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A Court Relief for the Aged and Sick

Pauly Muricken Pauly Muricken
01 Mar 2021

Do prisoners of an advanced age be forced to live a subhuman existence behind bars? This often-raised jurisprudential and penological question has now been vividly and succinctly answered by the Division Bench of the Mumbai High Court through a path-breaking judgment delivered recently in Dr. P.V.Varavara Rao’s case. The question of granting temporary bail to an aged sick accused in Bhima Koregaon-Elgaar Parishad case was elaborately considered by the Court and answered in favour of the undertrial prisoner. 

This Judgment is an instance of an innovative jurisprudential exposition and offers a sigh of relief and a balancing solution in addressing the genuine claims of many aged undertrials languishing in jails across the country without bail, though suffering from acute ailments. Is not Fr. Stan Swami’s plea for bail liable to be considered in the light of the Judgment in Varavara Rao’s case, being an aged, sick and infirm prison inmate suffering from multiple health ailments?

Significance of the Verdict

The significance of the Judgment in Varavara Rao’s case is three-fold. First, it has pertinently recognized sickness, old age, infirmity, multiple health ailments as special circumstances weighing with the court’s discretionary jurisdiction in granting bail.  Second, it has equally recognized continued incarceration endangering life and health as the appropriate stage for release on bail, at least on temporary basis on the higher principle that an undertrial’s health cannot be ignored simply because he is accused of serious offences and bail application is rejected on merits. Third and most importantly, it has recognized the true scope and ambit of the writ jurisdiction of the constitutional courts by emphasizing that the said jurisdiction cannot be said to have been ousted merely because the application for bail has been rejected under Sec. 43D (5) of the UAPA on a finding that the accusations against the undertrial are to be prima facie true.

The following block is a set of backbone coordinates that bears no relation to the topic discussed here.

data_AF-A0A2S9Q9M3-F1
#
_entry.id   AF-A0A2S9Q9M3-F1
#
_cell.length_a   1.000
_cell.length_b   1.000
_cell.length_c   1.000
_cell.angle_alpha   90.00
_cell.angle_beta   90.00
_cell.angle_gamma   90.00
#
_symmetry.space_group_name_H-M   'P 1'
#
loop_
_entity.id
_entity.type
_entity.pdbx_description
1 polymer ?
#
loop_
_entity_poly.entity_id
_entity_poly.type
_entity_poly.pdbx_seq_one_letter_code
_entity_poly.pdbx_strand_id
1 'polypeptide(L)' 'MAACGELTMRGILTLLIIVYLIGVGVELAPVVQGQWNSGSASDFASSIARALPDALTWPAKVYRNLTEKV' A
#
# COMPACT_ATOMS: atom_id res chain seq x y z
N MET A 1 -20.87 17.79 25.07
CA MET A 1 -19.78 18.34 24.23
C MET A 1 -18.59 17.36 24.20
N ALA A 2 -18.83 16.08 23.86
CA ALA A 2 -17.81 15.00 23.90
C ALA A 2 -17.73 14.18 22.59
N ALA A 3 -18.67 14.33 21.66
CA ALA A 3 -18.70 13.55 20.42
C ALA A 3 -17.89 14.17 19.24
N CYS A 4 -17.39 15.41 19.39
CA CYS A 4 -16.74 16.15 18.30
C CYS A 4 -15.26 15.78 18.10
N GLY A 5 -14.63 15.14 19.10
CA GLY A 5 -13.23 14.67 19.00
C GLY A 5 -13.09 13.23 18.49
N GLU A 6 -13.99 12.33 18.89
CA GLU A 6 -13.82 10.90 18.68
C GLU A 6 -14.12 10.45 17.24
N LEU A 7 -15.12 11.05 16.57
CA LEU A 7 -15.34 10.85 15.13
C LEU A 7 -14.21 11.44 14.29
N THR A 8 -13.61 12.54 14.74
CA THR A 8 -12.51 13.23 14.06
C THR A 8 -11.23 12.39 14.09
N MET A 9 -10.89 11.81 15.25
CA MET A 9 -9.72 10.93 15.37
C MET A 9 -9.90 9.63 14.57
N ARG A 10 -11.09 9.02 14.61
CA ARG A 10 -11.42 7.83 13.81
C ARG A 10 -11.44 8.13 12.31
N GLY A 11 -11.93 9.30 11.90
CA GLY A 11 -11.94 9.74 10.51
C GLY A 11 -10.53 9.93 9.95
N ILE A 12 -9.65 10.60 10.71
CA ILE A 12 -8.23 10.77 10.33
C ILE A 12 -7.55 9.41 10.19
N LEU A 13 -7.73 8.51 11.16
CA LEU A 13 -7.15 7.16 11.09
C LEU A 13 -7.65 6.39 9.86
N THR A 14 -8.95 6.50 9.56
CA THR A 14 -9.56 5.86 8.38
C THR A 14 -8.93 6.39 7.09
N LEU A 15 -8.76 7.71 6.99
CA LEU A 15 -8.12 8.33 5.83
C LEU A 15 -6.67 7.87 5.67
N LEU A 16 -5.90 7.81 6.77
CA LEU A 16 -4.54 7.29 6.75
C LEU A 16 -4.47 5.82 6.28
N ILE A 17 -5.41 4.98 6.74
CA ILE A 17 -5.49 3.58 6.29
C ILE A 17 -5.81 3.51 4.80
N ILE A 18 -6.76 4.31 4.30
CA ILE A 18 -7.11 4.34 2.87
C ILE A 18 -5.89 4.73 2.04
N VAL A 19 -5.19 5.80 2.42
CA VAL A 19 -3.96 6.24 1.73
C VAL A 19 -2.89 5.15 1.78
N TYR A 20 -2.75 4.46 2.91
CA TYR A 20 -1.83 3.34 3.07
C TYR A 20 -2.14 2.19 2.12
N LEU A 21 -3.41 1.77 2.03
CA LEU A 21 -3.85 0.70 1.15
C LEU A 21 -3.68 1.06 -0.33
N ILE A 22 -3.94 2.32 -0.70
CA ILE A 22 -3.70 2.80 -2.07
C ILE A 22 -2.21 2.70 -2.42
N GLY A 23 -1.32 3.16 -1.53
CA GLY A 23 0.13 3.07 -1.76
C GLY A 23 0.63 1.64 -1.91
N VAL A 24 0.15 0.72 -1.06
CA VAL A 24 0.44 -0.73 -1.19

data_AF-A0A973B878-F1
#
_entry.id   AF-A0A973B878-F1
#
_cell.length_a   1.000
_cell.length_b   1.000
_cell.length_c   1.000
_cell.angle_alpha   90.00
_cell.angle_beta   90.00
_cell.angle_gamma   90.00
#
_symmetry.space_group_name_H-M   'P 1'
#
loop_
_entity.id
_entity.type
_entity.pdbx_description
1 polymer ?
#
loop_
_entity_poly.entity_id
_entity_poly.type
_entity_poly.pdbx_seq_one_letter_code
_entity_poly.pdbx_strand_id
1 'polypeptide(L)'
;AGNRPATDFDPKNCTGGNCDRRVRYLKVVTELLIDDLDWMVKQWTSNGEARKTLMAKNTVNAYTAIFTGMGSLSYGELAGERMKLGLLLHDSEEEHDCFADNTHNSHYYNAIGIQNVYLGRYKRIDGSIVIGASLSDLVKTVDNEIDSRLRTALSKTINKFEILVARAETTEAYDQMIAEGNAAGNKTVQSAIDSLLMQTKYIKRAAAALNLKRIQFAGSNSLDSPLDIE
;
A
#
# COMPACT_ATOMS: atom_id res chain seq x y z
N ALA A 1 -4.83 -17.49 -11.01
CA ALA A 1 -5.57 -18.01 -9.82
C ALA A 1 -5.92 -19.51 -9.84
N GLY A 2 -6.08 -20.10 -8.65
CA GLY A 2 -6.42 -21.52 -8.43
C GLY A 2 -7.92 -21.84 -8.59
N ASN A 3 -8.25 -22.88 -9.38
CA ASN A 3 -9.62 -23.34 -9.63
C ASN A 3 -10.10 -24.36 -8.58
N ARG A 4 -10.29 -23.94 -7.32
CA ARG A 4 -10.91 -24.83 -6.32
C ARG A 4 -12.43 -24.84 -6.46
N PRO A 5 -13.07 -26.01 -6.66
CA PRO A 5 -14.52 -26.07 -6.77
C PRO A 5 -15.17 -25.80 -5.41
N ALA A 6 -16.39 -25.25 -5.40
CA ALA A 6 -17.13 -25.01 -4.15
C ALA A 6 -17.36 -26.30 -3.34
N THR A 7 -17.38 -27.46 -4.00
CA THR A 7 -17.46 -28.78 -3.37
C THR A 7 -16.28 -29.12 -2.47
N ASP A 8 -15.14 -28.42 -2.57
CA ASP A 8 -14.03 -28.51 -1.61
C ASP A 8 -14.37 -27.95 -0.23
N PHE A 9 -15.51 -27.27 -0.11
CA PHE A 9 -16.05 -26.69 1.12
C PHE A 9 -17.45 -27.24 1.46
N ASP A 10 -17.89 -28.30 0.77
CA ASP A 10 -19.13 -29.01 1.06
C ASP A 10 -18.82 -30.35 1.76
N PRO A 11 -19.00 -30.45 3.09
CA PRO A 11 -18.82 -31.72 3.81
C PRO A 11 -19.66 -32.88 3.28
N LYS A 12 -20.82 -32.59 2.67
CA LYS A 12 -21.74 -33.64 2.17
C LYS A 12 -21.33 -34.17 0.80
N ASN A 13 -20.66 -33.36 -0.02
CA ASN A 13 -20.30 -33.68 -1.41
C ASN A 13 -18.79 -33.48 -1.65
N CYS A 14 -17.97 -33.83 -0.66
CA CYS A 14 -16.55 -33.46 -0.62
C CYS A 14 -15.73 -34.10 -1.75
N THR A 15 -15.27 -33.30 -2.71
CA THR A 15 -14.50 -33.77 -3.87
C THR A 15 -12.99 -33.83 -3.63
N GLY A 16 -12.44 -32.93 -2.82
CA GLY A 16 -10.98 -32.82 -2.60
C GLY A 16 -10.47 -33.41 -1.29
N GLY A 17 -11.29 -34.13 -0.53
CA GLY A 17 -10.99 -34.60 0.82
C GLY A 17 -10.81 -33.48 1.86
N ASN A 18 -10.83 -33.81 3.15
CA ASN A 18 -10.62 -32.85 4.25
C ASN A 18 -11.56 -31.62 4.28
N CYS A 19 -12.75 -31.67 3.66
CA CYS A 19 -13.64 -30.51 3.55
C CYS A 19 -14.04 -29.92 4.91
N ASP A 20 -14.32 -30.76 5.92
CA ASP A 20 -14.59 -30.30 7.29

Continued custody incompatible with health conditions and endangering life constitute violation of the fundamental right under Article 21 of the Constitution.  In such circumstances, constitutional courts in exercise of writ jurisdiction can release an undertrial from custody on health grounds even if his bail application is pending on merits. 

The Court says: “The prisoners of advanced age like the undertrial, who is about 82 years old, and such other prisoners suffering from various health ailments induced by old age when put behind bars, certainly face the danger of their health conditions worsening and accelerating their journey towards the end of their life”. The Court further remarks: “The onset of old age and concomitant debilitating effect on the mental and physical conditions is an aspect which assumes significance in the context of keeping such old aged persons behind bars” (Para.50 of the Judgment). Certainly, this verdict cannot be construed in any manner as unjustifiably expanding the contours of the right to life, but, in reality, Court’s proclamation is only an articulation of the right to life under Article 21.

Melting down the rigours of UAPA

There can be no doubt that a person in the health status of the undertrial would face acceleration and intensification of ailments if he continues to remain in custody.  It is here that one should identify and locate the juridical reasoning for the judgment.  The Supreme Court in K. A. Najeeb case has recently held that the rigours of provisions pertaining to grant of bail found in special Statutes like the UAPA will melt down where there is no likelihood of the trial being completed within a reasonable time.  The Mumbai High Court in the judgment passed in Varavara Rao’s case has rested the conclusions on the ground that his continued incarceration was a violation of the right to life on account of his poor health condition as the medical report was a pointer to the fact that he is suffering from precarious health conditions affecting his life.